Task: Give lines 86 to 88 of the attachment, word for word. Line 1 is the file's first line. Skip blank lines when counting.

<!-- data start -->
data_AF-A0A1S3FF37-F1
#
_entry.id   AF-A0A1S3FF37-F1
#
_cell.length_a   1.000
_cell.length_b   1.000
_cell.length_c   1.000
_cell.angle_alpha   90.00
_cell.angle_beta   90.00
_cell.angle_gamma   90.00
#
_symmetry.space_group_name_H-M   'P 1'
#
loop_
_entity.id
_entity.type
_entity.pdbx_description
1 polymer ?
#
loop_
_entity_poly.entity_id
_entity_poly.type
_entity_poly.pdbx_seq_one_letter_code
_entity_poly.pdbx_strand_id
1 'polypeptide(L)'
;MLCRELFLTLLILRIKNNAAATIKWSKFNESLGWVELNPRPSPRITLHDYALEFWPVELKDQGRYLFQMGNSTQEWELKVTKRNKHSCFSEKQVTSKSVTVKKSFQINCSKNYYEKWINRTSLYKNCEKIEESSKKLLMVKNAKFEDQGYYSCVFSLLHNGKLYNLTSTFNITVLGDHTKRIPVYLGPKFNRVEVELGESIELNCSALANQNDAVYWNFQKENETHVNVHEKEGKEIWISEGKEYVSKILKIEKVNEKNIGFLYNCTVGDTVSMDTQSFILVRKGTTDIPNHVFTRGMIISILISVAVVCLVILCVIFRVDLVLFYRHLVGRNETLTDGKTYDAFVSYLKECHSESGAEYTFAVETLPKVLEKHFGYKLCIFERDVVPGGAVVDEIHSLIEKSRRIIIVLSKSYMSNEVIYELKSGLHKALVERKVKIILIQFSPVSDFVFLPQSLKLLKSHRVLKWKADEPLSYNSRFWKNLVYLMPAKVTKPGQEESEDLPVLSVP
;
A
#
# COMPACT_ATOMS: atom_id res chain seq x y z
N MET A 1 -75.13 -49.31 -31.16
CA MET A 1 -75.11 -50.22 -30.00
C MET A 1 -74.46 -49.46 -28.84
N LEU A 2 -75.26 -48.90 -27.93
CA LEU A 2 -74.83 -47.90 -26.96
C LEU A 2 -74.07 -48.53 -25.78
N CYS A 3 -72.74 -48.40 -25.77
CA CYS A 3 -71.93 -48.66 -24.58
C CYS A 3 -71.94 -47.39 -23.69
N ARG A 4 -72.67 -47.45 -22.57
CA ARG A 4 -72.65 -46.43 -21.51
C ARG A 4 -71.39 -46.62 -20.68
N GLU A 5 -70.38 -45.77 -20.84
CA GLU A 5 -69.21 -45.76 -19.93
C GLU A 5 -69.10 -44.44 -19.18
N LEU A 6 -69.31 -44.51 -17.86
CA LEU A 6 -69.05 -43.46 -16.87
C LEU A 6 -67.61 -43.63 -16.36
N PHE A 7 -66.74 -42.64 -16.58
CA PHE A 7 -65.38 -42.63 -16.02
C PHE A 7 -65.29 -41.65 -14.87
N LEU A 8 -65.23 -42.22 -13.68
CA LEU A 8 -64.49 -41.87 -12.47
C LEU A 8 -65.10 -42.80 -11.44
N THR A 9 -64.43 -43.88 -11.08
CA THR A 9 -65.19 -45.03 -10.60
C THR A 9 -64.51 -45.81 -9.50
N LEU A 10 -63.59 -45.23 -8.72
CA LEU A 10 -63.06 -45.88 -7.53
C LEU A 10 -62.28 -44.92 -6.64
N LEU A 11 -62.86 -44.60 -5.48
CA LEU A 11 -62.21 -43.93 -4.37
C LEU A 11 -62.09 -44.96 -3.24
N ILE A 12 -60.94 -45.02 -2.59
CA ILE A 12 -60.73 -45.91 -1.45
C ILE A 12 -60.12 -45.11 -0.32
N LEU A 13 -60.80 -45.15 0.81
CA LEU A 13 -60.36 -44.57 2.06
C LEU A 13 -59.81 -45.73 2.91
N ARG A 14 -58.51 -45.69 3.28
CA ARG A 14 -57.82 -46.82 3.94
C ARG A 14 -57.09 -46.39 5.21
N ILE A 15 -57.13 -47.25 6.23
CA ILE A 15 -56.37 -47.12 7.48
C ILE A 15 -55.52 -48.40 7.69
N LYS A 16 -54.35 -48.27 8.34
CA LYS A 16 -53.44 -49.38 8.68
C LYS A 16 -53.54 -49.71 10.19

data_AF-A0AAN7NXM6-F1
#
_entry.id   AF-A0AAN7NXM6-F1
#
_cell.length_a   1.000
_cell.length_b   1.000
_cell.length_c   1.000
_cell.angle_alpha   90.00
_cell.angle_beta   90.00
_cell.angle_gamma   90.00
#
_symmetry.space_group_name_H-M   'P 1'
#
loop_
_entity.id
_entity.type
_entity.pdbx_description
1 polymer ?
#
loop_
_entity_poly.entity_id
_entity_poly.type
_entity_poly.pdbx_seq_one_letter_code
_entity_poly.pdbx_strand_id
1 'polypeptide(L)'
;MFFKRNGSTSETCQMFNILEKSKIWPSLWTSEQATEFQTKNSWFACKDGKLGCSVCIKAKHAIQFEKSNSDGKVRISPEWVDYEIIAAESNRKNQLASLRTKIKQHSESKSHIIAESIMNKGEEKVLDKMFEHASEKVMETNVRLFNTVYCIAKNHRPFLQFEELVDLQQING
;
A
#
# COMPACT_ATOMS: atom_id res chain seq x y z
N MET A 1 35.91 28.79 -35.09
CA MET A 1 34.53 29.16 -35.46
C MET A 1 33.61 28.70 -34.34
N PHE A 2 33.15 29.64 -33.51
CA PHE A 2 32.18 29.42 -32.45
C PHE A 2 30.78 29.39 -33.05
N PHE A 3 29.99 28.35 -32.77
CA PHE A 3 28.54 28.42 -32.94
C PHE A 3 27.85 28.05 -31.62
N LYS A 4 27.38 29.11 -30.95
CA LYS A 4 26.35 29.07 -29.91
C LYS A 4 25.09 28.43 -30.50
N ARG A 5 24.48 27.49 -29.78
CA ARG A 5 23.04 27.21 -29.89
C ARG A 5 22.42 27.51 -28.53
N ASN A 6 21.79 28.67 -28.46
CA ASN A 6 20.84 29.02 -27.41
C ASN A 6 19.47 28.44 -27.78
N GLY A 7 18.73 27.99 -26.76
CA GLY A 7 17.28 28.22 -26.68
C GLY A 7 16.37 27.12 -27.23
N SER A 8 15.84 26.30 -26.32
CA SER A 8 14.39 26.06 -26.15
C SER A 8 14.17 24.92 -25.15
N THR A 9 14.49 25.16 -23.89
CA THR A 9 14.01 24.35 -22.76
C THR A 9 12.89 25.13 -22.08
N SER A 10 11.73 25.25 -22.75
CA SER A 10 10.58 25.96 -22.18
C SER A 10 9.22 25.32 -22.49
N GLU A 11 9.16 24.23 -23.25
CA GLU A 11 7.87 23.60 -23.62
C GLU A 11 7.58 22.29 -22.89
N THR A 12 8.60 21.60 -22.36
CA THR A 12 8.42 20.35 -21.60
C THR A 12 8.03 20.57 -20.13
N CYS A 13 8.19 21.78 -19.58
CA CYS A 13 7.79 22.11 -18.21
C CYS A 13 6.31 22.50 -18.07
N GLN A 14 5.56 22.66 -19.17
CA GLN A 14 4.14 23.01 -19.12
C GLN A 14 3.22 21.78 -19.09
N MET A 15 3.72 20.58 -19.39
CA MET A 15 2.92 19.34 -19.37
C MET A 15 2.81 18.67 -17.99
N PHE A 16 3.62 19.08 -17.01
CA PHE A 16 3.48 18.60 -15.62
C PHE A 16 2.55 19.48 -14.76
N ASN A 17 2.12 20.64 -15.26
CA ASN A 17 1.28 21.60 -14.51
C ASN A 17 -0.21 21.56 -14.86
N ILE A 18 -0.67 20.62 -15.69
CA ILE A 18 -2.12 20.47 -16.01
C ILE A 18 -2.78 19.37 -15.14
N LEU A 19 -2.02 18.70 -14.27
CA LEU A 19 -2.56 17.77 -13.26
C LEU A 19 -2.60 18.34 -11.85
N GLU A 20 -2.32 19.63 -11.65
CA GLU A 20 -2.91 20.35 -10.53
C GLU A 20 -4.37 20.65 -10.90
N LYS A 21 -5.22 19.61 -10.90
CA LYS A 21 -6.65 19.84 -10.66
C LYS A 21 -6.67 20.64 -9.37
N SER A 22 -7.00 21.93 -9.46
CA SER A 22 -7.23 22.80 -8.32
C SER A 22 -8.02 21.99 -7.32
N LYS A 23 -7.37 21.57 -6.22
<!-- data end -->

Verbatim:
_cell.angle_alpha   90.00
_cell.angle_beta   90.00
_cell.angle_gamma   90.00